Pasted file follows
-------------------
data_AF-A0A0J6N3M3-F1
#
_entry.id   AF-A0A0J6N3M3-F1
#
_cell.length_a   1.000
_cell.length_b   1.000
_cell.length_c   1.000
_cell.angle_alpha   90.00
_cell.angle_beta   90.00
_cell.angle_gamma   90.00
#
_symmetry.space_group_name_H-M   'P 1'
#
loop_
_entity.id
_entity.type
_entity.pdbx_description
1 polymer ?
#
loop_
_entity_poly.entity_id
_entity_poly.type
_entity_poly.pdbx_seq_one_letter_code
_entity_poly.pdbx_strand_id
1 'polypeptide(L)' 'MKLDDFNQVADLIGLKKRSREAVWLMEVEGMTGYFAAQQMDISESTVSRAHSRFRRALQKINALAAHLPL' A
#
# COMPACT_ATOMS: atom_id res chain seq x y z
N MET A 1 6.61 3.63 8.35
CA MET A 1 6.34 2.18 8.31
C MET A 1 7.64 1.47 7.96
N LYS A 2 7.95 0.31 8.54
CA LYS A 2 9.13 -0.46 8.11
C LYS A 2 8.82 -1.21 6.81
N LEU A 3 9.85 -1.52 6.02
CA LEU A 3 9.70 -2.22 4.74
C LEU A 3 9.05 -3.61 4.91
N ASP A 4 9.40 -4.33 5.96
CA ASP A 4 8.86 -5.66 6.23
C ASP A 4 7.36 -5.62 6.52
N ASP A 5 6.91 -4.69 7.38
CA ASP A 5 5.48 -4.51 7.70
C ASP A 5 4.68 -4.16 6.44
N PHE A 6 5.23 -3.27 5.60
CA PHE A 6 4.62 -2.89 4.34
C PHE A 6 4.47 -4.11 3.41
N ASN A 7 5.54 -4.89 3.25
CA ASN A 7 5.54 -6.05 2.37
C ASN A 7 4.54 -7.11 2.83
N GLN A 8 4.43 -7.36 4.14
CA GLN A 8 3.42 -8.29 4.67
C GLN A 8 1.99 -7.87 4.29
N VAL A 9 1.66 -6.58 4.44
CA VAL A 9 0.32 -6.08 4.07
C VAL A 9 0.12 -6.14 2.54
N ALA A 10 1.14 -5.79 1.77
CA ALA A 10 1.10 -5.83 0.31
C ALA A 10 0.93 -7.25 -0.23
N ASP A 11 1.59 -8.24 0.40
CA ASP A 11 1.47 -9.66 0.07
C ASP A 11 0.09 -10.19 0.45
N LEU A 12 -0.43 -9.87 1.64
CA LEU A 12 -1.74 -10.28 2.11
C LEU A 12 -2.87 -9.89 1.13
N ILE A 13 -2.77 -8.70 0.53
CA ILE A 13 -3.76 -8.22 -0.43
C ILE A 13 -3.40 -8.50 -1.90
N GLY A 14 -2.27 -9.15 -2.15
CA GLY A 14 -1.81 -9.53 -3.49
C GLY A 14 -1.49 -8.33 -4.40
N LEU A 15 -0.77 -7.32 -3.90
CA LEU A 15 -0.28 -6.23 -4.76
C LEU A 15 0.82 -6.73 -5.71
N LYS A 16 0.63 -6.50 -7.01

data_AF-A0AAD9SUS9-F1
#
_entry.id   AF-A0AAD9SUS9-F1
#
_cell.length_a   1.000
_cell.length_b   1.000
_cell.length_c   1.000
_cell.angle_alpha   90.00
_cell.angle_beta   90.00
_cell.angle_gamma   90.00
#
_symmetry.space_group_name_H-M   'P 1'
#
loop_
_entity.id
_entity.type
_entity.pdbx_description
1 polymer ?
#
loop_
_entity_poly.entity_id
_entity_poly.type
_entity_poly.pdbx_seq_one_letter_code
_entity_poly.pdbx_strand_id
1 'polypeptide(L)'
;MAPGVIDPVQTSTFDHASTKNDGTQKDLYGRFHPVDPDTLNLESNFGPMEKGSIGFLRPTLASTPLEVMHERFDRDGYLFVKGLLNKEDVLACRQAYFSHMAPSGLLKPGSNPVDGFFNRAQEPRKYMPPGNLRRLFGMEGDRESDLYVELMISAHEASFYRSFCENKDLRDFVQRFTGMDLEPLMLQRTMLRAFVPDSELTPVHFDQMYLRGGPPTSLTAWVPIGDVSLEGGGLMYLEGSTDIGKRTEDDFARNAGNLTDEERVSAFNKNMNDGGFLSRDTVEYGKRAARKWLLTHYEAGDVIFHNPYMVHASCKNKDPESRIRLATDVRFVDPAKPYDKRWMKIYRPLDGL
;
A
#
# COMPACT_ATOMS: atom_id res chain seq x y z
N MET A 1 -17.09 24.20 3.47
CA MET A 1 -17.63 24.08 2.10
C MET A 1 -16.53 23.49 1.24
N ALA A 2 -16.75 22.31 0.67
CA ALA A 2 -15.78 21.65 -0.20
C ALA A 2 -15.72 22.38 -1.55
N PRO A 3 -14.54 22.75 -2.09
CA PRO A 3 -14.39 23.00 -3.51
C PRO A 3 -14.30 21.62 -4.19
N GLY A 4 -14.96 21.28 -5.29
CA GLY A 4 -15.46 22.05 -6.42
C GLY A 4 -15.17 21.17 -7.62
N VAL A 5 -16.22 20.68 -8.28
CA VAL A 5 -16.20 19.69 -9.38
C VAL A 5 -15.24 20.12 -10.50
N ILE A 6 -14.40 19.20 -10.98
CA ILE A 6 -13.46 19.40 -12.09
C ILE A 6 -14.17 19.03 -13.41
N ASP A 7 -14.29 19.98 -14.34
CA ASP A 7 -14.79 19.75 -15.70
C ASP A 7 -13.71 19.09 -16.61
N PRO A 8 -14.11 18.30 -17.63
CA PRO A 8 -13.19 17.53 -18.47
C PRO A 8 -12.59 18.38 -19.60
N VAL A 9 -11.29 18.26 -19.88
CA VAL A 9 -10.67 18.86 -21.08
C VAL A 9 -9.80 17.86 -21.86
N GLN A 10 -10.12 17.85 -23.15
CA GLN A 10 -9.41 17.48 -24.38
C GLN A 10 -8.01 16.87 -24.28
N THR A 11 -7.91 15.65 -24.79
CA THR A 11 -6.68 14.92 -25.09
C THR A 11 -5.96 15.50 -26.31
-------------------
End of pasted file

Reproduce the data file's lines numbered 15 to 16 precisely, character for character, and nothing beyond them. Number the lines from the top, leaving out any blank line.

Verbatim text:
_entity.id
_entity.type